Referring to FIGS. 3-6, reactor module 30 is generally rectangular in shape and includes side walls 32 having upper edge portions 34 and lower edge portions 36. The upper and lower ends of reactor module 30 are generally open, except to the extent discussed herebelow. A pair of spaced apart, flexible, support strips 38 extend from each of two opposing upper edge portions 34, as best seen in FIG. 6. The support strips may be integrally molded with the upper portions of the side walls of the reactor module. A plurality of spaced apart support strips 40 extend from each of two opposing lower edge portions 36, as best seen in FIG. 5. The support strips 40 may be integrally molded with the lower edge portions of the side walls of the reactor module. An effluent chamber 42 extends outwardly from an upper portion of one of the side walls of the reactor module. Effluent chamber 42 may be integrally formed with the side wall. Effluent chamber 42 includes an end wall 44, side walls 46 and an inclined bottom wall 48. An effluent opening 49 extends through an upper portion of end wall 44.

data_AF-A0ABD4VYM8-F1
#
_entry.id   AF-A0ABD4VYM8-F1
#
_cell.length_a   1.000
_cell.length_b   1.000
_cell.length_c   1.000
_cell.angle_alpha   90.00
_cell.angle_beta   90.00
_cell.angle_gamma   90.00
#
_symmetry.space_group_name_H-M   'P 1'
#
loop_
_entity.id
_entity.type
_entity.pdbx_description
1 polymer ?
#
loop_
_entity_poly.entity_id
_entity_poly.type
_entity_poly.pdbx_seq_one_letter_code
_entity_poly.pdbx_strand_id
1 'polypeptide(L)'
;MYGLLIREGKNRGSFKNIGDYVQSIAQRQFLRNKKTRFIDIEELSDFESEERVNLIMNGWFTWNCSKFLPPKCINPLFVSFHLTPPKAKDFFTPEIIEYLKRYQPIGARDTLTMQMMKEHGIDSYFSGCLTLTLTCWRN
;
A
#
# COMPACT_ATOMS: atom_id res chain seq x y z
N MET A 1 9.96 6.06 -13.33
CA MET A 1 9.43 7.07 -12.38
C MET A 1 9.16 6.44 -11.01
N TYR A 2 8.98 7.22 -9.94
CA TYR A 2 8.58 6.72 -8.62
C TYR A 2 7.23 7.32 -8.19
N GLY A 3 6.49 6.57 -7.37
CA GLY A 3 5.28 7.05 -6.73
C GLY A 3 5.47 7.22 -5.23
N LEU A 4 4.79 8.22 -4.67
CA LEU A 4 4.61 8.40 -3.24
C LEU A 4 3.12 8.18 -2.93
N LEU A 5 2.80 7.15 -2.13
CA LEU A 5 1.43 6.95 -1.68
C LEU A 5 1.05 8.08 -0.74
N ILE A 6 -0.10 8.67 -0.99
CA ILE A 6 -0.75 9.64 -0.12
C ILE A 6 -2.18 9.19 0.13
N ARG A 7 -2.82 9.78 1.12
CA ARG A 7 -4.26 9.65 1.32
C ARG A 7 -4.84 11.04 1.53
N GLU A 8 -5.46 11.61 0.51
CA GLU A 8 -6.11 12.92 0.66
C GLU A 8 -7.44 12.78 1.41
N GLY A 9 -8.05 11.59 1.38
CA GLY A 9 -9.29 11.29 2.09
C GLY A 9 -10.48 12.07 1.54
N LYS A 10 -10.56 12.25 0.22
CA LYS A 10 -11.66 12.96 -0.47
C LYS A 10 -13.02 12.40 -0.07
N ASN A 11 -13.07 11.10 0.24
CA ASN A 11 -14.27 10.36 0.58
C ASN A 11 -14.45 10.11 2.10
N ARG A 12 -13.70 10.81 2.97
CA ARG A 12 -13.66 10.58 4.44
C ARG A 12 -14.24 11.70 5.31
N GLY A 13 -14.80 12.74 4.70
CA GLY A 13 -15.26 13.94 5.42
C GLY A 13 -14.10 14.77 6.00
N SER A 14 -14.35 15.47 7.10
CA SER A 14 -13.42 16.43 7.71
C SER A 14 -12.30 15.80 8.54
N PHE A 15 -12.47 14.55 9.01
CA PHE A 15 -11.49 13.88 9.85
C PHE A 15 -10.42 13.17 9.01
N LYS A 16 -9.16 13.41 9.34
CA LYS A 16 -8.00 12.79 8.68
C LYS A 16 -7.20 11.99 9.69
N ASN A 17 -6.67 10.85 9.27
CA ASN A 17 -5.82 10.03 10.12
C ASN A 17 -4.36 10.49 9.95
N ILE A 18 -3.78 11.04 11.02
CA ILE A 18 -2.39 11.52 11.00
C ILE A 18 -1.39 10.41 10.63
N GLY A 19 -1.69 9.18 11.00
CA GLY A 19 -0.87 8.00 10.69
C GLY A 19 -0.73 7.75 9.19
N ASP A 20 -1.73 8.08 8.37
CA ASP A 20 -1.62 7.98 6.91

In accordance with a preferred embodiment of the invention, reactor module 30 may be formed from a low linear polyethylene plastic of various flex module, or similar material, having a thickness of about 0.120 to 0.200 inches so that the module may be folded during assembly and unfolded during use. The comer portions 47 of reactor module 30 are preferably formed with corrugations to further facilitate the folding and unfolding of the reactor module.
Referring to FIG. 1, septic tank system 10 includes a draft tube 50 that extends through reactor module 30. Draft tube 50 includes an open lower end portion 52, that terminates adjacent the lower end portion 36 of reactor module 30, and an upper end portion 54 that terminates adjacent the upper end portion 34 of reactor module 30. Upper end portion 54 includes a splash plate 56 and open side portions 58 through which recirculating liquor may pass through. A support ring 59 extends from the outer surface of draft tube 50 for supporting the draft tube from the media 60.
The media 60 is supported within reactor module 30 by the support strips 40. The media 60 may take many different forms. In accordance with a preferred embodiment, the media takes the form of a plurality of media blocks that are configured to fit together to form a media block having a central opening 62 through which the draft tube 50 may extend. The media defines an upper surface 64 from which the support ring 59 supports the draft tube 50 within the reaction module 30.